“Even if we knew what to look for, we would have to scan every branch of every vessel,” said Nissen. But the available evidence now suggests that the type of lesions once thought to be highly specific for heart attacks are, in fact, everywhere, and ruptured plaques are ubiquitous.

This is why stenting individual coronary lesions doesn’t improve outcomes, he argued. By contrast, systemic therapies, like statins and antiplatelets, can improve outcomes.

Nissen proposed a simple explanation for why there has been so much attention paid to vulnerable plaque: “there are a lot of people looking for reasons to put a stent in a patient.”

He acknowledged that vulnerable plaque may play a role but, he asked, “where’s the beef? I want to see the evidence that finding a vulnerable plaque and treating it can lead to improved outcomes.”

Defender of the Faith

James Muller, MD, is one of the founders of the vulnerable plaque hypothesis. He started a company, Infraredx, that uses both near-infrared spectroscopy and intravascular ultrasound to identify vulnerable plaque, which he said is the “most advanced device so far.”

Muller disagreed with Nissen that ruptured lipid cores are ubiquitous. The gold standard of histology demonstrates that these lesions are not everywhere.

Two large trials now underway may help settle the matter, said Muller. The 1,500 patient Lipid-Rich Plaque Study (LRP) will test whether the Infraredx device can predict future events and the 900 patient PROSPECT 2 will test the use of a bioresorbable stent in patients with a vulnerable plaque. But it should be noted that the first study is observational and the second study is not powered to evaluate clinical outcomes.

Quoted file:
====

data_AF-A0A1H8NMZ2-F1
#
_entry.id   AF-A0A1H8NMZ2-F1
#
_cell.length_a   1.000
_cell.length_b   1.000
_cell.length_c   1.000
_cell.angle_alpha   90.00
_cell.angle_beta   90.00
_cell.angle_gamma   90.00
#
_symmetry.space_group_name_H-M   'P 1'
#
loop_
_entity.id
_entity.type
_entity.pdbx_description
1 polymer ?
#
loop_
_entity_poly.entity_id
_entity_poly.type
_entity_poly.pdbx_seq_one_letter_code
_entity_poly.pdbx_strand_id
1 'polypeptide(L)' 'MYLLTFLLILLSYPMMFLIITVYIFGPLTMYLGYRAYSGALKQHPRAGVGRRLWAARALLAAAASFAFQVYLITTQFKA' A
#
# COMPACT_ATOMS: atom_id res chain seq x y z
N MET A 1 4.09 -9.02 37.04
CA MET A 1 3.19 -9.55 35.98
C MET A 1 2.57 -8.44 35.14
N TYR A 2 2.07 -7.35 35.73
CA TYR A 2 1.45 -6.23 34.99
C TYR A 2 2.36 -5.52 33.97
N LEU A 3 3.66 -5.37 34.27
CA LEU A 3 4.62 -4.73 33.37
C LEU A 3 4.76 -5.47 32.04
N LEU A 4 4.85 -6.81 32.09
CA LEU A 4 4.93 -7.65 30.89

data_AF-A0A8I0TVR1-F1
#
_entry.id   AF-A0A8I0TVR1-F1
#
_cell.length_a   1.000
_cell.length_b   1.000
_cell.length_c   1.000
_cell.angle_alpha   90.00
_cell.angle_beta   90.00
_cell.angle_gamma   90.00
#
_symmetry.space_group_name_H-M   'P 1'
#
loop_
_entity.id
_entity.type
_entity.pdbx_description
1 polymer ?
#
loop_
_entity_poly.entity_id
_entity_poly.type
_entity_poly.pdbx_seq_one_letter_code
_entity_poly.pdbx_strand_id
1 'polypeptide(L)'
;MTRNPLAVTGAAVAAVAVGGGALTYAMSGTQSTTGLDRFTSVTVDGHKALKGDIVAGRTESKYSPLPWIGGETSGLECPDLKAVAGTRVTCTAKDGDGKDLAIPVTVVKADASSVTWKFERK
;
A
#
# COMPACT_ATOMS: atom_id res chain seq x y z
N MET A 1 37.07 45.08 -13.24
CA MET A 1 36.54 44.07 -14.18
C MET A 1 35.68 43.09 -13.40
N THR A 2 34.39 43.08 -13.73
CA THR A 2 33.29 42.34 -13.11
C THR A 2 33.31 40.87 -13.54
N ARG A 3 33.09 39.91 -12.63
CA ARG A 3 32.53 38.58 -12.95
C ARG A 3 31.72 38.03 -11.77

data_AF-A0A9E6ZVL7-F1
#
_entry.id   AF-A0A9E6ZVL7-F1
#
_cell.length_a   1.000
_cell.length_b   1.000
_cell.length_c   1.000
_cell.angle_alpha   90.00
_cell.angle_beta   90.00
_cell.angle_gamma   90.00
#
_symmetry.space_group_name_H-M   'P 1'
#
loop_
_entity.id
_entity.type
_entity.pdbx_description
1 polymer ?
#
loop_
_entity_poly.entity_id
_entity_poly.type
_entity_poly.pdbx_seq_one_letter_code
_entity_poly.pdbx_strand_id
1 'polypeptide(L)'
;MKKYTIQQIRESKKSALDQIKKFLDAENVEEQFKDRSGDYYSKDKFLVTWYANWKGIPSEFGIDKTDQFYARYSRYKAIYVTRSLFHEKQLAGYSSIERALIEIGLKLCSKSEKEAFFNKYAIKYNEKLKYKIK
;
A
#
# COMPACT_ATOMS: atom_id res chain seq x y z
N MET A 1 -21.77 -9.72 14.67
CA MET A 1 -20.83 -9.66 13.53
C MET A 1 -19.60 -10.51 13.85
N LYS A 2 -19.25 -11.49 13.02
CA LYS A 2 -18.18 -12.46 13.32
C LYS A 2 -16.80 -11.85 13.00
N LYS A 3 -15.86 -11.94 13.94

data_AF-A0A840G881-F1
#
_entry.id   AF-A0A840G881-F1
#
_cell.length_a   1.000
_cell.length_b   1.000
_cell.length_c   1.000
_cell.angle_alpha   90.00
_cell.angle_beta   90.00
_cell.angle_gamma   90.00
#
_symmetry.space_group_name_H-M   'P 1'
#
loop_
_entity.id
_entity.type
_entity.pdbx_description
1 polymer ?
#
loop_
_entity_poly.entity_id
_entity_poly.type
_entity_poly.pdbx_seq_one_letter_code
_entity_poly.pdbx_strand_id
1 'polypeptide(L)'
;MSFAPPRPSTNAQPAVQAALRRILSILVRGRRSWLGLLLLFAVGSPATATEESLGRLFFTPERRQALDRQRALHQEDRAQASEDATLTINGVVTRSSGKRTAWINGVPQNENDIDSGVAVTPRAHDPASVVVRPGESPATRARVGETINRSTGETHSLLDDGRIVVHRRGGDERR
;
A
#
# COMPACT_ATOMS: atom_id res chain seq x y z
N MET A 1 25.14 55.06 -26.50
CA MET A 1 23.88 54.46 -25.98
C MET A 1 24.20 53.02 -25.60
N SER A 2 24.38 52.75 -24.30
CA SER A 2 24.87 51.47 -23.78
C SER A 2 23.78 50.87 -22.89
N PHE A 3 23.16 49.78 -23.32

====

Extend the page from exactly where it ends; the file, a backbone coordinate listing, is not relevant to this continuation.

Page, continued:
A Requiem for Vulnerable Plaque

“The ‘vulnerable plaque’ concept … may not represent the contemporary challenge, an unmet clinical need, or a fertile field for future research,” wrote Peter Libby and Gerard Pasterkamp last summer in the European Heart Journal. They argued, like Nissen, that vulnerable plaque lesions are far more prevalent than had been thought earlier, and many of the lesions may not lead to a clinical event.

In addition, there has been a dramatic shift in the risk profile and demographics of coronary patients. As a result there are now fewer patients with large STEMI heart attacks and more patients with smaller non-STEMI heart attacks. But STEMI patients are more likely to have typical vulnerable plaque lesions while non-STEMI patients have different lesions. Widespread statin treatment and other preventive measures may well have contributed to this change by stabilizing plaques, resulting in less plaque rupture, the defining feature of the vulnerable plaque hypothesis, and more superficial erosion of plaque.

What are the implications?

Here are a few thoughts about the broad implications for cardiology if the vulnerable plaque hypothesis is indeed lost: